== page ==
The Beverly railroad — June 1881

Beverly railroad supporters received more good news the first week of April 1881. The Ohio Senate passed the bill authorizing the transfer of $150,000 in B. & O. stock to build the Zanesville and Southeastern Railroad in Muskingum County. Col. Francis Bates Pond, Ohio senator from Malta, fought the bill hard on the grounds that a railroad down the Muskingum River would destroy many of the benefits gained from the Muskingum River improvements years before. In other words, the railroad would interfere with the steamboat trade.

By mid-April Mr. Bentley (probably William), a Zanesville railroad committee member, was in Beverly securing rights-of-way for the Zanesville and Southeastern Railroad. On April 29 another snag was reported. The Ohio Board of Public Works, already critical of Beverly’s new covered bridge, was questioning railroad plans for Beverly. The Dispatch wrote, “The Board of Public Works had better let up, or Beverly will run a railroad bridge across their little river and cover it up.” This would have been a sight to be seen!

On May 13 it was reported that the voters of Muskingum County had voted that the Zanesville and Southeastern could use the $150,000. As the paper reported the week before, this “will make a railroad to Beverly a certainty …” At this point Zanesville was considering building the road to Caldwell, McConnelsville or Beverly. It was hard to nail the railroad companies down. They were going for the best offers. It was like shooting stars – first over here, then over there, etc.

On May 31, 1881, The Spirit of Democracy in Woodsfield announced that the Zanesville and Southeastern was building their road to Caldwell with possible branches to Cumberland, McConnelsville and Beverly. On June 3 the Dispatch noted that, at a meeting in the Beverly mayor’s office, Thomas B. Townsend explained Zanesville’s position on the railroad. Dr. Patrick H. Kelley called the meeting to order. Oliver Tucker was elected chairman and C. E. F. Miller secretary. The Zanesville and Southeastern would be 41.3 miles long with 22 miles in Muskingum County and 19.3 to be built in Bristol and Center Townships in Morgan County and Waterford Township in Washington County. Beverly and vicinity was asked $35,000 (usually this was $25,000) subscription. Townsend stated, “Beverly is the point Zanesville desired most to reach first …” Members appointed to Beverly’s committee to solicit stock were: Dr. P. H. Kelley, Oliver Tucker, Dr. C. M. Humston, Gen. H. F. Devol, J. J. Israel, Dr. A. S. Clark and Jacob Dearth.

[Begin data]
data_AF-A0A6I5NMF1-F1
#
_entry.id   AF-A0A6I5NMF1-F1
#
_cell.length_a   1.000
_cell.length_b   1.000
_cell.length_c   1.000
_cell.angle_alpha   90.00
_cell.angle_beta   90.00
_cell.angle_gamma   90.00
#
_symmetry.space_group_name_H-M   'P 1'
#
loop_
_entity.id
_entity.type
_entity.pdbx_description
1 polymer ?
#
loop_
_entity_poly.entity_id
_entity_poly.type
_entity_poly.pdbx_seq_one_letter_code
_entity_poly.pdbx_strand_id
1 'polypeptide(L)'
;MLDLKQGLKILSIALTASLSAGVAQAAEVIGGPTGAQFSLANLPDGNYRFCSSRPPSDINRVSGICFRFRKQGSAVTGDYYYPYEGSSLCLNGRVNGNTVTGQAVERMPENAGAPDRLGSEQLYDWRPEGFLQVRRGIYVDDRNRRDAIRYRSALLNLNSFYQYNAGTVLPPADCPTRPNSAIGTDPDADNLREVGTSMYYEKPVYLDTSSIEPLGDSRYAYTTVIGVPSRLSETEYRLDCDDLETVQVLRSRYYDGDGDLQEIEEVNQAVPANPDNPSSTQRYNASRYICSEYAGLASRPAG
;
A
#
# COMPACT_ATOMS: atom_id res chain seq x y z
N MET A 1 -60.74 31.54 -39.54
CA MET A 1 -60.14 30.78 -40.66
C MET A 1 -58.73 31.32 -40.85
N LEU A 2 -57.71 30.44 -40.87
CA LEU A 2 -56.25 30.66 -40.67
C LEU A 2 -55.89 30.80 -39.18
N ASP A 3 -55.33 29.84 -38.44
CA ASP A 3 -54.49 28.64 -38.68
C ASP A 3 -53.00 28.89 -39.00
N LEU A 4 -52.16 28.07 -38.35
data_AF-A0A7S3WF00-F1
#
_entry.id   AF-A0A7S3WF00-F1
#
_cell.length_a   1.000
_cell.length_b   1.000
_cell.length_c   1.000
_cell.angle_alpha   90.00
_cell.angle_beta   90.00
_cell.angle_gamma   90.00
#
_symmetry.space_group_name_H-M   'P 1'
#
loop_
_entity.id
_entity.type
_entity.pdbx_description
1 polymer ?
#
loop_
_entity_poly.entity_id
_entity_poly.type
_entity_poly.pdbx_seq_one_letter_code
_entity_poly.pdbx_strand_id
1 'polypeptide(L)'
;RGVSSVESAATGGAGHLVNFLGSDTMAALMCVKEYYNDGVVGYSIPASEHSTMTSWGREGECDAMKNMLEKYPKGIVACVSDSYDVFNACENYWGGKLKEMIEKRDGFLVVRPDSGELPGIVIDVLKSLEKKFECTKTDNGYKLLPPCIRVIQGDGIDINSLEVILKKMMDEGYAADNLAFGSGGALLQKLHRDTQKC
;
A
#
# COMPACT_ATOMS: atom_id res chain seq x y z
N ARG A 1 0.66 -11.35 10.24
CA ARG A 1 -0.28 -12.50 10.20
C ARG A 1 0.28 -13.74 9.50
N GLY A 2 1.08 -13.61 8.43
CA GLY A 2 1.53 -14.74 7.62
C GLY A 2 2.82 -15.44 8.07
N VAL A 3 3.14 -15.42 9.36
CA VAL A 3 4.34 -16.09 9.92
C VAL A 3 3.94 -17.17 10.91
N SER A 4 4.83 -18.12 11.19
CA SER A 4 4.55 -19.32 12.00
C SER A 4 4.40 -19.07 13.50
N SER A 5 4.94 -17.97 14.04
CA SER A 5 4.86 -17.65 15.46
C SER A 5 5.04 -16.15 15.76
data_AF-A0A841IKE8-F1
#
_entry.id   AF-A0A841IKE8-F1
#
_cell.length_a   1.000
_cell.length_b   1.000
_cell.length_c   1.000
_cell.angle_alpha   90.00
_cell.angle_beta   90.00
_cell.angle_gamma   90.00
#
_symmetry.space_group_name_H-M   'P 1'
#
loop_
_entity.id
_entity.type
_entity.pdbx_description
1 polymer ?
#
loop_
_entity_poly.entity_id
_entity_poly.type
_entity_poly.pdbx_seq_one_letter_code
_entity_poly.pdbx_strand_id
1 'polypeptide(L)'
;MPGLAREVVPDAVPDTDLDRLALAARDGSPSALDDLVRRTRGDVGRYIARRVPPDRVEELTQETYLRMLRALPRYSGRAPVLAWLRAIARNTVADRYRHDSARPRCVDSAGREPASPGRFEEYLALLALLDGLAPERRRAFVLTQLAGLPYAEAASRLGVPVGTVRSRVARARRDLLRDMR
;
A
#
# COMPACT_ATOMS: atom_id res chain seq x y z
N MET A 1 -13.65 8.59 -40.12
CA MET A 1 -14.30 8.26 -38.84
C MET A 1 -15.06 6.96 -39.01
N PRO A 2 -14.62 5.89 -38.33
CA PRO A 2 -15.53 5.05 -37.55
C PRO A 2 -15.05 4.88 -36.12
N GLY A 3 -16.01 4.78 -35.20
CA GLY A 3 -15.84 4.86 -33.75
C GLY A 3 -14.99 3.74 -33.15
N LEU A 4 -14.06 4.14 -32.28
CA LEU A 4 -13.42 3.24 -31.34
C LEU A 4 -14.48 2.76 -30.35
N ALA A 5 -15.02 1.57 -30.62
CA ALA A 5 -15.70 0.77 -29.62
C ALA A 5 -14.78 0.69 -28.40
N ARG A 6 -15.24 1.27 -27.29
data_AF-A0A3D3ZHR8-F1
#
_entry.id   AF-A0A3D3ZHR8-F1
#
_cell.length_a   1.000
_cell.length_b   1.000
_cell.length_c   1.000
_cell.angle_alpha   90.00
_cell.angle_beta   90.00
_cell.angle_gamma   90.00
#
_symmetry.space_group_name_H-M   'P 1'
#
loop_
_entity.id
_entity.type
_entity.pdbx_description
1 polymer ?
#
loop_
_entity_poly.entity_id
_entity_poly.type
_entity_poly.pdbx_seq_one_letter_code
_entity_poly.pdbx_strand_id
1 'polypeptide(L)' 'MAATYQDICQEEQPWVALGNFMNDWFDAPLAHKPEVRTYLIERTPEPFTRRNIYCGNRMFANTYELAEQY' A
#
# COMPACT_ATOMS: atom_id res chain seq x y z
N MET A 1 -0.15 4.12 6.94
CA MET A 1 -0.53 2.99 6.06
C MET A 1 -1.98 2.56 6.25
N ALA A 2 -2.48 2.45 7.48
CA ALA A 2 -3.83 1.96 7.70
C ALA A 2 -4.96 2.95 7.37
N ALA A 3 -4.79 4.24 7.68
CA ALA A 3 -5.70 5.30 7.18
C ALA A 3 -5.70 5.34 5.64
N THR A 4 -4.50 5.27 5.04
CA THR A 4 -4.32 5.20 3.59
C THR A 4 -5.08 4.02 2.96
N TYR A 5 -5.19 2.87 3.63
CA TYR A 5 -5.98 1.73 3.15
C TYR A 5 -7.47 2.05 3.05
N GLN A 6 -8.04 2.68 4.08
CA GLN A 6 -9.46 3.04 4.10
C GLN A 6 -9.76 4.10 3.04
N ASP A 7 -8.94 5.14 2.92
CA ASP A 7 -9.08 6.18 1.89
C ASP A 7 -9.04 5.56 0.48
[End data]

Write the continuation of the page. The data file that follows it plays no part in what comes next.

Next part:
On June 10, 1881, The Beverly Dispatch announced that Col. Enoch McIntosh was leading the way to get the Zanesville and Beverly Railroad as the Zanesville and Southeastern was sometimes called. At a meeting at the mayor’s office, McIntosh was elected chairman and C. E. F. Miller secretary. McIntosh headed the list of subscribers with $5,000. Oliver Tucker was second with $2,000. Beverly had raised a total of $13,000 of the $35,000 needed. The plan was for Zanesville to build the railroad to Unionville on Meigs Creek, where one fork would run to Caldwell and the other to Beverly. It was noted Sullivan also had right-of-way down Meigs Creek, “but his road will not interfere with the Z. & B.” Predictions were the Z. and B. (actually the Z. & S. E.) railroad would be built by fall. The Dispatch wrote, “The road from Zanesville to Beverly is the key which locks and unlocks the storehouses of the lower Muskingum Valley.” Just one week later, the paper noted, “We people of Beverly are too much excited over our new railroad to celebrate the Fourth of July.” The same day Sullivan was in town doing more talking.

On June 17 people were told they could choose between two types of subscriptions: a stock payable in installments as work progresses, or a donation “payable when the road is completed.” The Dispatch noted that Sullivan, on behalf of the B., B. V. & S., was at Uniontown promising if the people picked his company he would not only build a railroad, but cities, churches, schoolhouses, machine shops and generally “make a man rich in no time if he will only subscribe to the Beaver Valley and drop the ‘Zanesville cry.'” Exaggeration, misrepresentation and deception had become the norm.

The early 1900s picture, courtesy of the Monroe County Historical Society, shows the B. Z. & C. (formerly the B. & S. W.) engine pulling one car. Notice its small size compared to standard gauge trains. This could have been an everyday scene in Beverly.

Phillip L. Crane, a Waterford resident and Marietta history teacher for 32 years, shares historical events in the Lower Muskingum Valley.